Lately, it seems, state lawmakers across the country have become interested in changing how we keep time.
In both Illinois and Iowa, bills aimed at making daylight saving time permanent have been introduced. And the two states are not alone. Last year 39 states were entertaining bills to make changes. According to a USA Today article, seven states had passed laws making daylight saving time permanent. (It's important to note that the federal government must sign off to enact the changes.)
In Springfield, the Senate approved a bill last year to make daylight saving time permanent. The measure still needs the OK from the House and governor. In Iowa, bills await action in the House and Senate.
We can certainly understand the impulse to "ditch the switch," as they say. Our body clocks don't adjust easily to the changes, and there are studies showing positive health and economic effects to daylight saving time.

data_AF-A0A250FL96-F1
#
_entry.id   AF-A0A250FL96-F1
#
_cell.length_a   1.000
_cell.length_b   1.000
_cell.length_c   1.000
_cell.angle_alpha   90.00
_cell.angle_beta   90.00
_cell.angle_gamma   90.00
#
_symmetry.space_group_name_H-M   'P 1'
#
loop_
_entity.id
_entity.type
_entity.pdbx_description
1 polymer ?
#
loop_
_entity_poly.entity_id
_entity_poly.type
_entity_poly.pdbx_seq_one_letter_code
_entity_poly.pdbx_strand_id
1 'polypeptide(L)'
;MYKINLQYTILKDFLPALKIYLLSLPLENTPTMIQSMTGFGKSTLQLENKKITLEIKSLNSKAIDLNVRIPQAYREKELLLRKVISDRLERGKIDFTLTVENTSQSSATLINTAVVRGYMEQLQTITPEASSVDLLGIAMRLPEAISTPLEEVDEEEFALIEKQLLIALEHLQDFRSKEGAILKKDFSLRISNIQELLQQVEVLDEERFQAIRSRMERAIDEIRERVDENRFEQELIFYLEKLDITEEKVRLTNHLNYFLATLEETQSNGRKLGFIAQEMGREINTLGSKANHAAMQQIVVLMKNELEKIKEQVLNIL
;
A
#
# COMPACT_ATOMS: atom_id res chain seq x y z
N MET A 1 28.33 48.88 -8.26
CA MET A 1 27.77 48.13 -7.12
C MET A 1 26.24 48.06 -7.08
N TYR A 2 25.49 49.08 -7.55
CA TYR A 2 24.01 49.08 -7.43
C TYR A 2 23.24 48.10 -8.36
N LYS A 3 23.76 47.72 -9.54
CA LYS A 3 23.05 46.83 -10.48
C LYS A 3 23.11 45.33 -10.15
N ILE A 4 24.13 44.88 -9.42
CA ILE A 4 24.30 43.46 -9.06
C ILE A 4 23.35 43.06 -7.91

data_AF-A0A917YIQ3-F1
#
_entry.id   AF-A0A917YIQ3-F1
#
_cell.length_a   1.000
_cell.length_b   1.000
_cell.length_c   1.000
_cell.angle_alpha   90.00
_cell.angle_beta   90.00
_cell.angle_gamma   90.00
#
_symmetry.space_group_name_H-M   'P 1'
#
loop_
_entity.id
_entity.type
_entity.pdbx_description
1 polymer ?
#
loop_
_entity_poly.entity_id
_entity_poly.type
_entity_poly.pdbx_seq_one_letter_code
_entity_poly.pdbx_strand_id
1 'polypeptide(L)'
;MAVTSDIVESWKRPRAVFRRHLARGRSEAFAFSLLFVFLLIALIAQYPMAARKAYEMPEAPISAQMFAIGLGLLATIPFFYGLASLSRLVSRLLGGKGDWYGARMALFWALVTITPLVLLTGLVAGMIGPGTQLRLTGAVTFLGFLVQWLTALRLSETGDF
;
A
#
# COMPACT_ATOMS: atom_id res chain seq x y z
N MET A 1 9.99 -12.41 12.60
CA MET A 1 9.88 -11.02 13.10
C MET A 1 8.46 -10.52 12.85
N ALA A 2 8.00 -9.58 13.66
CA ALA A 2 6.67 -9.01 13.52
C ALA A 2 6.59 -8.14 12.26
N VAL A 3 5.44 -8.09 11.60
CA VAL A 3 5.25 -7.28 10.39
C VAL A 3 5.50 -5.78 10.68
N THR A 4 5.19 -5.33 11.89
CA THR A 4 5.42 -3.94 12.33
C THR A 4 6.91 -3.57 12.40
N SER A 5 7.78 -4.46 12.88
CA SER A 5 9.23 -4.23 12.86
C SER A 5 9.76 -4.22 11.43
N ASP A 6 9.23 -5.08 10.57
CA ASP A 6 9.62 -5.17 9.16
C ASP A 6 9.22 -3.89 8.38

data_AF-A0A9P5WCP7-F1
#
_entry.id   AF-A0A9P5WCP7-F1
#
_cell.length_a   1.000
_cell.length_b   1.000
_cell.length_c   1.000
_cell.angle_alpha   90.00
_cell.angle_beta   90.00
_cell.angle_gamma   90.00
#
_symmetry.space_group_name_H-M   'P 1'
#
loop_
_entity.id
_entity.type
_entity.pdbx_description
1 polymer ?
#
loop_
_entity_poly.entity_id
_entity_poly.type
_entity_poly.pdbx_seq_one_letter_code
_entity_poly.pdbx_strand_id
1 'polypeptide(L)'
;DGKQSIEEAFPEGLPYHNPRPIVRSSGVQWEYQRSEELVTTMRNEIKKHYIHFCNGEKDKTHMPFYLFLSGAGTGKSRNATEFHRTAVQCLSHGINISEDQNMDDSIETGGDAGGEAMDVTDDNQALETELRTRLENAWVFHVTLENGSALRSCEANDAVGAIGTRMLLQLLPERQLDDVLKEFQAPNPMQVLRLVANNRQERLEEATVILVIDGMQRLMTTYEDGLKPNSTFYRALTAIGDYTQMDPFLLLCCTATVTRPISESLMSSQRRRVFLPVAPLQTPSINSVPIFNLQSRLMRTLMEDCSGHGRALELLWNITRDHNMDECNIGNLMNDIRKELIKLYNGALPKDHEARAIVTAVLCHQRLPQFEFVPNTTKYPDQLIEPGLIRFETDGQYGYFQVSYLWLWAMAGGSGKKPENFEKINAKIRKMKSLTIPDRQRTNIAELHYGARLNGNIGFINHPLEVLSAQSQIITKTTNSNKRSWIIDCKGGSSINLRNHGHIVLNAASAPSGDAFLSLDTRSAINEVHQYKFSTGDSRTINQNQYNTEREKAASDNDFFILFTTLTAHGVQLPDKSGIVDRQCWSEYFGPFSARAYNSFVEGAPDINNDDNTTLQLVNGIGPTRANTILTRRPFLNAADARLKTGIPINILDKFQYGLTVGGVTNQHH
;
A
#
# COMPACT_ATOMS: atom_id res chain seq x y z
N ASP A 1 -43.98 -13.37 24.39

You have free articles remaining.
But for a border community like ours, the idea of one state making the leap without the other is troubling.
For those who work in one state and live in the other, it would take an adjustment. Imagine trying to set your alarm clock.
There also would be productivity implications for businesses.
Some states have taken this complication into account and are making their changes contingent on their neighbors. We think that's a good approach, one Springfield and Des Moines ought to consider.